Ambulances carried the victims to Morgantown to await funeral arrangements.
Brass checks, lamp and family records were searched during the day as officials sought to determine for certain those who lost their lives.
Assistant Foreman Killed.
During the check, it was discovered that TOM FRIESEN, a loader who had been reported dead, was alive. EDDIE JEFFERSON, a loader whose name was not on the original list of those trapped, was found dead.
Among those killed in the blast was Assistant Day Foreman TONY BELEC and the three shift leaders in the mechanized operation, each working in a different section.
One of the victims, THOMAS CORDWELL, 50, of Osage, a mechinist, left a widow and 13 children.
Unofficial List of Dead.
The unofficial list of 56 men dead and missing and their survivors:
TONY BELEC, 28, assistant day mine foreman, Riverside, widow and one child.
JOHN McGEE, SR., 41, shift leader, Osage, widow and six children.
HAROLD LITTLE, 32, shift leader, Morgantown R. D. 3, widow and two children.
BASIL REED LAFFERTY, 40, shift leader, Morgantown, widow and one child.
THOMAS CORDWELL, 50, machinist, Osage, wife and 13 children.
JOHN B. COOK, 40, trapper, Osage, widow and three children.
BERMAN COOKER, 42, motorman, Watson, widow and two children.
GEORGE FAGULLA, 29, machine operator, Riverside, widow.
FLOYD METHENY, 30, machine operator, Morgantown R. D. 3, widow and four children.
HAROLD MURPHY, 18, trackman, Cassville, single.
HARLAN C. MURPHY, 35, machine operator, Jere, widow and two children.
DARRELL ADAMS, 34, machine operator, Mt. Morris, Pa., widow and two children.
HOYE THOMPSON, 46, trackman, Morgantown R. D. 1, widow.
ROY BATTON, 33, morotman, Osage, widow.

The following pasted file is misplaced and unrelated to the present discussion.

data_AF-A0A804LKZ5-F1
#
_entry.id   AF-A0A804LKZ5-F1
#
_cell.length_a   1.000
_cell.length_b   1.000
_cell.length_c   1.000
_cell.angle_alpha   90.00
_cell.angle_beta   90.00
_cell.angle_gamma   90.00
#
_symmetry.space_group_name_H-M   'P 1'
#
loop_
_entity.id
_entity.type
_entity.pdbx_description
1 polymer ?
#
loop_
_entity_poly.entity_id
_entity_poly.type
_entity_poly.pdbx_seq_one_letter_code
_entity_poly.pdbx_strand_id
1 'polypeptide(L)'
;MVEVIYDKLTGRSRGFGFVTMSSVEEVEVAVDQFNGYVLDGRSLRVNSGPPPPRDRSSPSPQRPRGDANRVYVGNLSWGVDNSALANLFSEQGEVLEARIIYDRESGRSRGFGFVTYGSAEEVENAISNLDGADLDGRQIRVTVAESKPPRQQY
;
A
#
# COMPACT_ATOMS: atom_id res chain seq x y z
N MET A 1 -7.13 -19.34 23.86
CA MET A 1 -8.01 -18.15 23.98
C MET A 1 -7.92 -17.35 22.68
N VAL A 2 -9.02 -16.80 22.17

SAM MAY, 46, trackman, Star City, widow and five children.
JOHN PAUL GASPAR, 32, timberman, Morgantown, wife and two children.
WILLIAM SHINKO, 50, timberman, Chaplin, single.
ROBERT JOSEPH COVERT, 33, wireman, Morgantown, widow.
EDWARD DELANEY, 33, motorman, Core, widow and four children.
RUSSELL WADE TURNER, 26, wireman, Morgantown, widow and one child.
EVERETT MARSHALL, 26, trackman, Osage, widow and two children.
EDWARD LEO McCARDLE, 27, brakeman, Morgantown, widow and one child.
DOUGLAS DONALDSON, 26, timberman, Maidsville, divorced, one child.
EARL HENDERSON, 29, machine operator, Laurel Point, widow and three children.
THOMAS O. BRINGEGAR, SR., 55, trackman, Osage, widow and seven children.
ALFONZO CROOK, 25, Negro, brakeman, Cassville, widow.
JOHN POWLEY, 29, timberman, Osage, widow.
FREDERICK LEE MONGOLD, 36, motorman, Osage, widow and two children.
NICK NIMCHECK, 22, pumper, Morgantown, widow.
ARTHUR CUNNINGHAM, 34, machine operator, Cassville, widow and two children.
HOMER DEE CUNNINGHAM, 30, mechanic, Morgantown, brother of ARTHUR, widow and one child.
ALLEN (JACK) JONES, JR., Negro, brakeman, Granville, widow.
DELFORD WHETZELL, 38, brakeman, Cassville, widow.
HARRY MOODY, 26, trackman, Smithfield, Pa., widow and two children.
EDWARD JEFFERSON, 38, Negro, brakeman, Osage, widow and six children.
HOMER MAYFIELD, 58, timberman, Cassville, widow and four children.
BRUCE STONE, 55, brakeman, Pentress, widow and three children.
JUNIOR McGEE, 23, timberman, Maidsville, son of Shift Leader McGEE, widow and one child.
FRANK POWLEY, 48, shot fireman, Osage, widow, seven children.
DAN MORRIS, 31, machine operator, Riverside, widow, one child.
The 11 believed still in the mine were identified as:
STEWART MILLS, 41, trackman, Morgantown, widow, three children.
A. P. MORRIS, 35, trackman, Osage, widow and 11 children.
WILLIAM NEWHOUSE, 48, trackman, Osage, two children.
ATTILIO DORINZI, 53, trackman, Jerome Park, widow and seven children.
ALBERT FRAZIER, 24, machine operator, Morgantown, widow.
JAMES FOLEY, 58, trackman, Deer Park, Md., widow and seven children.
JOHN FRIELD, 33, snapper, Pursglove, widow and two children.
DENNIS WOLFE, 41, trackman, Osage, widow.
WILLIAM J. CANNON, JR., 21, trackman, Albright, widow.